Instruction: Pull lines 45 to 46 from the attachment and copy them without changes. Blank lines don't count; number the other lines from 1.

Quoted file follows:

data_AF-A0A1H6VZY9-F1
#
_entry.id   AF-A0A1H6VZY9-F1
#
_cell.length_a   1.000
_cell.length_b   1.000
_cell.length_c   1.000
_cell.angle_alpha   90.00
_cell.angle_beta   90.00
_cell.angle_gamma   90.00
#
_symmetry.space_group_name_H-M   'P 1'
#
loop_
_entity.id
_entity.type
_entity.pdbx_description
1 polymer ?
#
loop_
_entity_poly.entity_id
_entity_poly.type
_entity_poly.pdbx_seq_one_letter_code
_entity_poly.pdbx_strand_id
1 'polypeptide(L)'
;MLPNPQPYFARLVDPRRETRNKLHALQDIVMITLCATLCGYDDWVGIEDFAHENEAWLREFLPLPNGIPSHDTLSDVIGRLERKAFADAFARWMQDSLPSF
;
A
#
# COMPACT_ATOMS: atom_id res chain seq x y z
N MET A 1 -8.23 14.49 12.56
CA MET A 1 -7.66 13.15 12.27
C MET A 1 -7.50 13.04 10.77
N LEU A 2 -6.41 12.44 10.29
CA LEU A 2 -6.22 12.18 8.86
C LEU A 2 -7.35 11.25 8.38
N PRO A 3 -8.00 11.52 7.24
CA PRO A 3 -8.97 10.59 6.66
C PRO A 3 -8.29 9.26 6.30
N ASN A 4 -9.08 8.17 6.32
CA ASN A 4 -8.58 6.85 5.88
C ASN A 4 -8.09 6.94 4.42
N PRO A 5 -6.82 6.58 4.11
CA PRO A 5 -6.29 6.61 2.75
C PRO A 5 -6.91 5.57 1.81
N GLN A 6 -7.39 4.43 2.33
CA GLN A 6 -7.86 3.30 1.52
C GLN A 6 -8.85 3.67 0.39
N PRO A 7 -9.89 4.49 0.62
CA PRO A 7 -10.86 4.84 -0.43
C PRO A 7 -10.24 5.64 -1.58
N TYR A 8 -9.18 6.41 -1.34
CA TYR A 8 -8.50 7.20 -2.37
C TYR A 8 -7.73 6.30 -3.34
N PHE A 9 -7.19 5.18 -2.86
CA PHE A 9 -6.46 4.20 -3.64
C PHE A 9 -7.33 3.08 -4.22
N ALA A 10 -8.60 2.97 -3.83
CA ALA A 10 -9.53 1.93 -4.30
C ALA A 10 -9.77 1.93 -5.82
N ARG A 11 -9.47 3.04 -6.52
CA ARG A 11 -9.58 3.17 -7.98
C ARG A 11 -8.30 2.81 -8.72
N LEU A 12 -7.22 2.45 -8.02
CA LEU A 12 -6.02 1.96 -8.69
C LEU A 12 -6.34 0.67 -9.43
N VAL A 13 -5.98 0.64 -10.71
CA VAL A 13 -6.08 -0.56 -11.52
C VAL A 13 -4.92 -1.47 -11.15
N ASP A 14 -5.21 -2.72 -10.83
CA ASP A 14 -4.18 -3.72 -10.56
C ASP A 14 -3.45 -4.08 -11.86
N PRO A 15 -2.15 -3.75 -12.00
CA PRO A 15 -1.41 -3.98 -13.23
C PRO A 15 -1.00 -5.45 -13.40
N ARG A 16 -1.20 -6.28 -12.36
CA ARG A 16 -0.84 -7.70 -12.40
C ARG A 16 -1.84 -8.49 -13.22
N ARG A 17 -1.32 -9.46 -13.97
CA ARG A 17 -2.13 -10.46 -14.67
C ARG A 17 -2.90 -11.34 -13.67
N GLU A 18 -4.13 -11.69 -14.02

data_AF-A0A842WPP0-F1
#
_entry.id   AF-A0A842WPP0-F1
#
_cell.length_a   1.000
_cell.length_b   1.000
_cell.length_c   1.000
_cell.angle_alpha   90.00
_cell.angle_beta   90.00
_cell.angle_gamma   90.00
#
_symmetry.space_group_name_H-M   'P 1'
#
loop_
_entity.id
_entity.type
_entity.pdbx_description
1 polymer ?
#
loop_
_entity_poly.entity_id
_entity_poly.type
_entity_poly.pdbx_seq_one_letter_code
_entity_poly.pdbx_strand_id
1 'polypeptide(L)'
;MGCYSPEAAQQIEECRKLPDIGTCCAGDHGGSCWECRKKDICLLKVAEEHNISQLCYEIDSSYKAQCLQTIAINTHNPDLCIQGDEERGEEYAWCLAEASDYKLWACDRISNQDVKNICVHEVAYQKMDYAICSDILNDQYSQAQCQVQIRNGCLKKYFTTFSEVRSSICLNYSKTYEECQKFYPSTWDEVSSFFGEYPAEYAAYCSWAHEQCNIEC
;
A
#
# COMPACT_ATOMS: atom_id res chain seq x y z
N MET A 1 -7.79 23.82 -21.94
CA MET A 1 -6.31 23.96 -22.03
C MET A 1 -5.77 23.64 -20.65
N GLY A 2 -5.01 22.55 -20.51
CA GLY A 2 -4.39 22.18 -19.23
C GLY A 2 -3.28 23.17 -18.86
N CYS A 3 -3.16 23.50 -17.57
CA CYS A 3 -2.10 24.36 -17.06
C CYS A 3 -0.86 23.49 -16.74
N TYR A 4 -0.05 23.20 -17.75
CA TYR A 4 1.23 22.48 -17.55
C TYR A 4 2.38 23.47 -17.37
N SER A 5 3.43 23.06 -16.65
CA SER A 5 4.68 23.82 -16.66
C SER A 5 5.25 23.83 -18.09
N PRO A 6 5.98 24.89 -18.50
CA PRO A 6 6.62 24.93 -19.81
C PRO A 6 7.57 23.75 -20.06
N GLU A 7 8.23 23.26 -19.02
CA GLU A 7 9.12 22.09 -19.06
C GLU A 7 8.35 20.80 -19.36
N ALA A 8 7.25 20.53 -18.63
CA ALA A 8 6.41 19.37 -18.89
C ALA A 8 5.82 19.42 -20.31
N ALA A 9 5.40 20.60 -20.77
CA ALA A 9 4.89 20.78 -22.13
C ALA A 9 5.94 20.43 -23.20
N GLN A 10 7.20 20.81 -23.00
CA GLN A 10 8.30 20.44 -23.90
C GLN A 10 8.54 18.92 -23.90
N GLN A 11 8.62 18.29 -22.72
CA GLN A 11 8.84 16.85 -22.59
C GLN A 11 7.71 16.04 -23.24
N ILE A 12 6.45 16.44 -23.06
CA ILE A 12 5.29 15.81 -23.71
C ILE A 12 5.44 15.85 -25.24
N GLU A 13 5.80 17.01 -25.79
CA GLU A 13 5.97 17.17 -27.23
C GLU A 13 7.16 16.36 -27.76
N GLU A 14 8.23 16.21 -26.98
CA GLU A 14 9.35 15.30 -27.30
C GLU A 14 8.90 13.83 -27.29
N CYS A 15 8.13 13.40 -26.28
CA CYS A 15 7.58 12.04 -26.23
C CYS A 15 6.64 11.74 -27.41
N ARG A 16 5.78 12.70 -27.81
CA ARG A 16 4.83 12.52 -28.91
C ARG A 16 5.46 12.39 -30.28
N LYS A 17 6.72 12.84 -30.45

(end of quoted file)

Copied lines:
C PRO A 5 -6.91 5.57 1.81
N GLN A 6 -7.39 4.43 2.33